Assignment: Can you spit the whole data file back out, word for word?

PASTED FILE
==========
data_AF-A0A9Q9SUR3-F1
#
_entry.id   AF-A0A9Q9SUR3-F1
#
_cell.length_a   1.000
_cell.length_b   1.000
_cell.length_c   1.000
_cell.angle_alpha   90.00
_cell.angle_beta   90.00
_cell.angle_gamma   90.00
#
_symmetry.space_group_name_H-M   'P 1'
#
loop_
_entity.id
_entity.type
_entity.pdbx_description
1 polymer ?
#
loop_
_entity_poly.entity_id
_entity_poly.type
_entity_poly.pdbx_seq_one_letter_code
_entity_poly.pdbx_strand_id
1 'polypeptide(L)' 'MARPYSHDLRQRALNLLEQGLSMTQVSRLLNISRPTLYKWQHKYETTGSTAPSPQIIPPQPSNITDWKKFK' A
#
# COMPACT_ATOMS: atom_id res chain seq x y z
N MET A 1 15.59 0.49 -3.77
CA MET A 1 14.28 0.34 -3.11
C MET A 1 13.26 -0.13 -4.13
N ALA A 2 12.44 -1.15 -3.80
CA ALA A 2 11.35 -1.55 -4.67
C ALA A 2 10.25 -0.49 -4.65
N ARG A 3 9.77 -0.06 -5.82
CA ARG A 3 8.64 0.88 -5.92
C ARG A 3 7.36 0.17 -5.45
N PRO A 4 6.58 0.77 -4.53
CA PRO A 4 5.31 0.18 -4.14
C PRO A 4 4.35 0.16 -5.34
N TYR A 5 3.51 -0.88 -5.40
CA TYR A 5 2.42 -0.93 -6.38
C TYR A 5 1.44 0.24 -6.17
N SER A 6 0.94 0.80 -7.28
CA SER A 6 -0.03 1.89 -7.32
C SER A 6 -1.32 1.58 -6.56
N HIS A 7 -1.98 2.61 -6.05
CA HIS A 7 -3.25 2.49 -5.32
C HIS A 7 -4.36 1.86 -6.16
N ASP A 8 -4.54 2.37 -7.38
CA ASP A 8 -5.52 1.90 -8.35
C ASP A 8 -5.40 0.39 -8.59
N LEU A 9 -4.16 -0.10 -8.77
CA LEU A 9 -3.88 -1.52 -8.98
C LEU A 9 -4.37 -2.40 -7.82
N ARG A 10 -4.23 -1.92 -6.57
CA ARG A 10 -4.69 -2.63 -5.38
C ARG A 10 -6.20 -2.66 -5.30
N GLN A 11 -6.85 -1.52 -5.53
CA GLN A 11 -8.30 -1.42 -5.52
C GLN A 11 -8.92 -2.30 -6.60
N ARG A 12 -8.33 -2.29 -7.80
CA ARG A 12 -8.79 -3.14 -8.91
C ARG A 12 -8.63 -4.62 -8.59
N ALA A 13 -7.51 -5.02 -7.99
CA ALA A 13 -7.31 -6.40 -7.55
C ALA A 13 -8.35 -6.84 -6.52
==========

data_AF-A0A9Q9SUR3-F1
#
_entry.id   AF-A0A9Q9SUR3-F1
#
_cell.length_a   1.000
_cell.length_b   1.000
_cell.length_c   1.000
_cell.angle_alpha   90.00
_cell.angle_beta   90.00
_cell.angle_gamma   90.00
#
_symmetry.space_group_name_H-M   'P 1'
#
loop_
_entity.id
_entity.type
_entity.pdbx_description
1 polymer ?
#
loop_
_entity_poly.entity_id
_entity_poly.type
_entity_poly.pdbx_seq_one_letter_code
_entity_poly.pdbx_strand_id
1 'polypeptide(L)' 'MARPYSHDLRQRALNLLEQGLSMTQVSRLLNISRPTLYKWQHKYETTGSTAPSPQIIPPQPSNITDWKKFK' A
#
# COMPACT_ATOMS: atom_id res chain seq x y z
N MET A 1 15.59 0.49 -3.77
CA MET A 1 14.28 0.34 -3.11
C MET A 1 13.26 -0.13 -4.13
N ALA A 2 12.44 -1.15 -3.80
CA ALA A 2 11.35 -1.55 -4.67
C ALA A 2 10.25 -0.49 -4.65
N ARG A 3 9.77 -0.06 -5.82
CA ARG A 3 8.64 0.88 -5.92
C ARG A 3 7.36 0.17 -5.45
N PRO A 4 6.58 0.77 -4.53
CA PRO A 4 5.31 0.18 -4.14
C PRO A 4 4.35 0.16 -5.34
N TYR A 5 3.51 -0.88 -5.40
CA TYR A 5 2.42 -0.93 -6.38
C TYR A 5 1.44 0.24 -6.17
N SER A 6 0.94 0.80 -7.28
CA SER A 6 -0.03 1.89 -7.32
C SER A 6 -1.32 1.58 -6.56
N HIS A 7 -1.98 2.61 -6.05
CA HIS A 7 -3.25 2.49 -5.32
C HIS A 7 -4.36 1.86 -6.16
N ASP A 8 -4.54 2.37 -7.38
CA ASP A 8 -5.52 1.90 -8.35
C ASP A 8 -5.40 0.39 -8.59
N LEU A 9 -4.16 -0.10 -8.77
CA LEU A 9 -3.88 -1.52 -8.98
C LEU A 9 -4.37 -2.40 -7.82
N ARG A 10 -4.23 -1.92 -6.57
CA ARG A 10 -4.69 -2.63 -5.38
C ARG A 10 -6.20 -2.66 -5.30
N GLN A 11 -6.85 -1.52 -5.53
CA GLN A 11 -8.30 -1.42 -5.52
C GLN A 11 -8.92 -2.30 -6.60
N ARG A 12 -8.33 -2.29 -7.80
CA ARG A 12 -8.79 -3.14 -8.91
C ARG A 12 -8.63 -4.62 -8.59
N ALA A 13 -7.51 -5.02 -7.99
CA ALA A 13 -7.31 -6.40 -7.55
C ALA A 13 -8.35 -6.84 -6.52